Apart from that, THHE recently sought to buy out Destini Shipbuilding and Engineering Sdn Bhd’s (a unit of Destini) 51% stake in THHE Destini Sdn Bhd for RM121,131, making THHE Destini a wholly owned unit of THHE.
The JV had, in early 2017, secured a RM738.9 million contract from the Malaysian Maritime Enforcement Agency (MMEA) to build three offshore patrol vessels (OPV). The first vessel was slated to be delivered to MMEA in October last year but this was pushed to the first quarter of 2021. It is understood that there are issues with the delivery.
In acquiring the 51% stake in THHE Destini, THHE said, “The proposed acquisition is in line with the group’s intention to grow its ship building and ship repair business.”
The move to focus on shipbuilding and ship repair is understandable, after what happened to THHE’s other core business — fabrication for oil and gas.
In October 2017, national oil company Petroliam Nasional Bhd (Petronas) had disallowed THHE’s fabrication arm from bidding for main contractor, major fabricator and engineering procurement, construction and commissioning jobs due to non-performance in the Kinabalu Non-Associated Gas project. While THHE regained its licence in January last year, many are still wary about its capability, making it difficult for the group to secure any contracts.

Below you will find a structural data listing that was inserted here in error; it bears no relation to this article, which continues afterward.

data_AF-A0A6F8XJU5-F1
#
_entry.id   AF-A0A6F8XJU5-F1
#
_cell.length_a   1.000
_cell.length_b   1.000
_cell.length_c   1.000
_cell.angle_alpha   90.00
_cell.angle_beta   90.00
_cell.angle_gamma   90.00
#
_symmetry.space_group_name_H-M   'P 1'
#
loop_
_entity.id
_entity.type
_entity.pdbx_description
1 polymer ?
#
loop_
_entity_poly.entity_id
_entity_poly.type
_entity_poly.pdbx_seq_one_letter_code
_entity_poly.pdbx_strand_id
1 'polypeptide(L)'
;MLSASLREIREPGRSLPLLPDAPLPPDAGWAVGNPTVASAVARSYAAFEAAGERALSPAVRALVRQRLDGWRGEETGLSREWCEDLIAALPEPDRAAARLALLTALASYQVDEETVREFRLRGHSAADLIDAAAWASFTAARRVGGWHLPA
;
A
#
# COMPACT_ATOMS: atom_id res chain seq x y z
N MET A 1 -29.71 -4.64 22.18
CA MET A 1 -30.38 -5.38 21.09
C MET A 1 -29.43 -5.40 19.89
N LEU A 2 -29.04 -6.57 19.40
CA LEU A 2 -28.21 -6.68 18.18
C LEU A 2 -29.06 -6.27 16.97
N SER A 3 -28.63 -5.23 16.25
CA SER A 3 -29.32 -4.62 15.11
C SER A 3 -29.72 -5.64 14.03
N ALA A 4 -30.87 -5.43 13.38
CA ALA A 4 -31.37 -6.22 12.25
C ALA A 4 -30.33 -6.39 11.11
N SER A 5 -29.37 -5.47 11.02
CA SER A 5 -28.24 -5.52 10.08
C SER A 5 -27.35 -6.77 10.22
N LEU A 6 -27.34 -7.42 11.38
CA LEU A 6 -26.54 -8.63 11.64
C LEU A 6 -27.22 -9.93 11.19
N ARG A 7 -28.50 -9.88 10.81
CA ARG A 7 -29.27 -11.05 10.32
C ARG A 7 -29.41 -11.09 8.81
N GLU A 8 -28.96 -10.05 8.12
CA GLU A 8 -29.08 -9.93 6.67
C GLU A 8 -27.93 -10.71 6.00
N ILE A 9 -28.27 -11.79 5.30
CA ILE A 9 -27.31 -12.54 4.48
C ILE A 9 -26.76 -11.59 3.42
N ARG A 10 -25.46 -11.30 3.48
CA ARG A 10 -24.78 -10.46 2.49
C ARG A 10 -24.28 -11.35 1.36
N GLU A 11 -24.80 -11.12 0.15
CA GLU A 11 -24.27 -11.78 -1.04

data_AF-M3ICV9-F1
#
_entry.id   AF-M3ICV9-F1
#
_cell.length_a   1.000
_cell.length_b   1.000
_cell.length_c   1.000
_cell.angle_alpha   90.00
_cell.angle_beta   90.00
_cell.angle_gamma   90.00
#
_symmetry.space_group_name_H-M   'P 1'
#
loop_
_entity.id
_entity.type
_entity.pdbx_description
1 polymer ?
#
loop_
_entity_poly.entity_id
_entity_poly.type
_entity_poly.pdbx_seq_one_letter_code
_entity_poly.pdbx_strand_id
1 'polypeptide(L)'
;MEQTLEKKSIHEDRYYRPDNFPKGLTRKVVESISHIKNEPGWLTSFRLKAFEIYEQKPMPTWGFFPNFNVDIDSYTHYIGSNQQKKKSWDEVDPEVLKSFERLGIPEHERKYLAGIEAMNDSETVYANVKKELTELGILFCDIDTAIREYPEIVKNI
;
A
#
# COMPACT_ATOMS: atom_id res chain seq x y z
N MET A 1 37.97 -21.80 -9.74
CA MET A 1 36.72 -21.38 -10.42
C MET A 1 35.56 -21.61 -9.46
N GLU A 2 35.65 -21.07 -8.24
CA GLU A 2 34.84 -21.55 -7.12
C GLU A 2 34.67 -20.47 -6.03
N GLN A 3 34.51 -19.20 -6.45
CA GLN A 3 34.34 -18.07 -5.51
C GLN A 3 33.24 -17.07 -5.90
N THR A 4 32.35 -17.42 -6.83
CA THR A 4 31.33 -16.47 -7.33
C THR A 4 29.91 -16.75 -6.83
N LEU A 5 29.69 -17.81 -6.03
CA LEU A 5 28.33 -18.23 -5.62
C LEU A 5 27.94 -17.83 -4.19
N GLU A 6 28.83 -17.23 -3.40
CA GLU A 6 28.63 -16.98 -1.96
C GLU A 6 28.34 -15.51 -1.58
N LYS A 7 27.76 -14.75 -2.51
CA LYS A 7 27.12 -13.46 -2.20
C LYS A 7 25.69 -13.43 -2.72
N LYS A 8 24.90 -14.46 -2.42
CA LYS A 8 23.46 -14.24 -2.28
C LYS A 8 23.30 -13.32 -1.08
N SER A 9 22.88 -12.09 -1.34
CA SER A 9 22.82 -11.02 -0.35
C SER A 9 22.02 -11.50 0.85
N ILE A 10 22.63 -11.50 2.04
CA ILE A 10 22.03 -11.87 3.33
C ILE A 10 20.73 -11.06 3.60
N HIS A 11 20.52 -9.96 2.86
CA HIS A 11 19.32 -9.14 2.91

With its shipbuilding business seemingly going through a tough patch with the MMEA OPV delays, it will be interesting to see what THHE management does.
For its first three months of FY2021 ended March, THHE chalked up a net profit of RM852,000 from RM1.89 million in revenue. For the corresponding period a year ago, it notched up a net profit of RM2.5 million from RM18.94 million in revenue.
As at end March, the company had cash and bank balances of RM43.41 million, short-term debt commitments of RM103.21 million and long-term borrowings of RM61.4 million.
Its accumulated losses as at end-March were RM629.19 million.
THHE says it “intends to seize the shipbuilding and maintenance, repair and overhaul (MRO) opportunities from small to medium-sized vessels in Malaysia by fulfilling the fleet modernisation and MRO requirements of maritime agencies of the government of Malaysia, such as the MMEA, the Marine Department, the Royal Malaysia Customs, the Eastern Sabah Security Command and the Royal Malaysia Navy.”
But with the delays in delivering the first OPV to MMEA, will the group secure more contracts?
The group’s issues have been piling up beyond slipping into the PN17 category since April 2017 and getting several extensions from Bursa Malaysia to regularise its financial condition. THHE also has the distinction of being perhaps the only company to have fallen into the PN17 category twice — the first time from February 2010 to October 2012.
It is also grappling with a host of legal issues, brought about after years of being in the doldrums, which have hammered its shares. THHE closed last Thursday at 9.5 sen, valuing the company at RM211 million.
Against this backdrop, with many challenges facing him, will Abd Aziz succeed in reviving the company?